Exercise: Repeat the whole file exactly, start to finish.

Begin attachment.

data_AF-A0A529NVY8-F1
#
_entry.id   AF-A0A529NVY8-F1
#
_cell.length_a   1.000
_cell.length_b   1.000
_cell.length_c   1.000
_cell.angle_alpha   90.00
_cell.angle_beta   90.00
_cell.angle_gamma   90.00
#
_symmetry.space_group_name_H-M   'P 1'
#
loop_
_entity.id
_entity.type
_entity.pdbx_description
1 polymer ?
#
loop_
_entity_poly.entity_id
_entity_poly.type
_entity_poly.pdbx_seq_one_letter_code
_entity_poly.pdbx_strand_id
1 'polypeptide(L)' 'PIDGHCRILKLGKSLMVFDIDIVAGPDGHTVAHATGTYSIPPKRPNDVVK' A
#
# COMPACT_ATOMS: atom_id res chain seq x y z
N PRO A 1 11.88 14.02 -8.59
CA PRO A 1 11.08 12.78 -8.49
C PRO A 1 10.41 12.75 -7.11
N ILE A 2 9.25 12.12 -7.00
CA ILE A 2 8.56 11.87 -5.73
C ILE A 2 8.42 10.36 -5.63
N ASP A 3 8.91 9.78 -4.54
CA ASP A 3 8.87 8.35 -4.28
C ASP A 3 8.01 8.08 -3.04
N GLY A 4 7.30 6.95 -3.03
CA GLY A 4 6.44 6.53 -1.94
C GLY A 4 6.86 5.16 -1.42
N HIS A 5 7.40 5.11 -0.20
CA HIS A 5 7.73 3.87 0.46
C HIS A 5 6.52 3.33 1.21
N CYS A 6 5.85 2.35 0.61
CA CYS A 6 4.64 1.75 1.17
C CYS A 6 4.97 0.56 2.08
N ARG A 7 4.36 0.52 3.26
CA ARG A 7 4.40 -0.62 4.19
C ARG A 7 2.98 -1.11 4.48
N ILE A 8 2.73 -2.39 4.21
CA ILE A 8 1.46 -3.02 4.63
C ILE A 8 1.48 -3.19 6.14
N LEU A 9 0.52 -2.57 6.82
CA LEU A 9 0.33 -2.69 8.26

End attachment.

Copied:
data_AF-A0A529NVY8-F1
#
_entry.id   AF-A0A529NVY8-F1
#
_cell.length_a   1.000
_cell.length_b   1.000
_cell.length_c   1.000
_cell.angle_alpha   90.00
_cell.angle_beta   90.00
_cell.angle_gamma   90.00
#
_symmetry.space_group_name_H-M   'P 1'
#
loop_
_entity.id
_entity.type
_entity.pdbx_description
1 polymer ?
#
loop_
_entity_poly.entity_id
_entity_poly.type
_entity_poly.pdbx_seq_one_letter_code
_entity_poly.pdbx_strand_id
1 'polypeptide(L)' 'PIDGHCRILKLGKSLMVFDIDIVAGPDGHTVAHATGTYSIPPKRPNDVVK' A
#
# COMPACT_ATOMS: atom_id res chain seq x y z
N PRO A 1 11.88 14.02 -8.59
CA PRO A 1 11.08 12.78 -8.49
C PRO A 1 10.41 12.75 -7.11
N ILE A 2 9.25 12.12 -7.00
CA ILE A 2 8.56 11.87 -5.73
C ILE A 2 8.42 10.36 -5.63
N ASP A 3 8.91 9.78 -4.54
CA ASP A 3 8.87 8.35 -4.28
C ASP A 3 8.01 8.08 -3.04
N GLY A 4 7.30 6.95 -3.03
CA GLY A 4 6.44 6.53 -1.94
C GLY A 4 6.86 5.16 -1.42
N HIS A 5 7.40 5.11 -0.20
CA HIS A 5 7.73 3.87 0.46
C HIS A 5 6.52 3.33 1.21
N CYS A 6 5.85 2.35 0.61
CA CYS A 6 4.64 1.75 1.17
C CYS A 6 4.97 0.56 2.08
N ARG A 7 4.36 0.52 3.26
CA ARG A 7 4.40 -0.62 4.19
C ARG A 7 2.98 -1.11 4.48
N ILE A 8 2.73 -2.39 4.21
CA ILE A 8 1.46 -3.02 4.63
C ILE A 8 1.48 -3.19 6.14
N LEU A 9 0.52 -2.57 6.82
CA LEU A 9 0.33 -2.69 8.26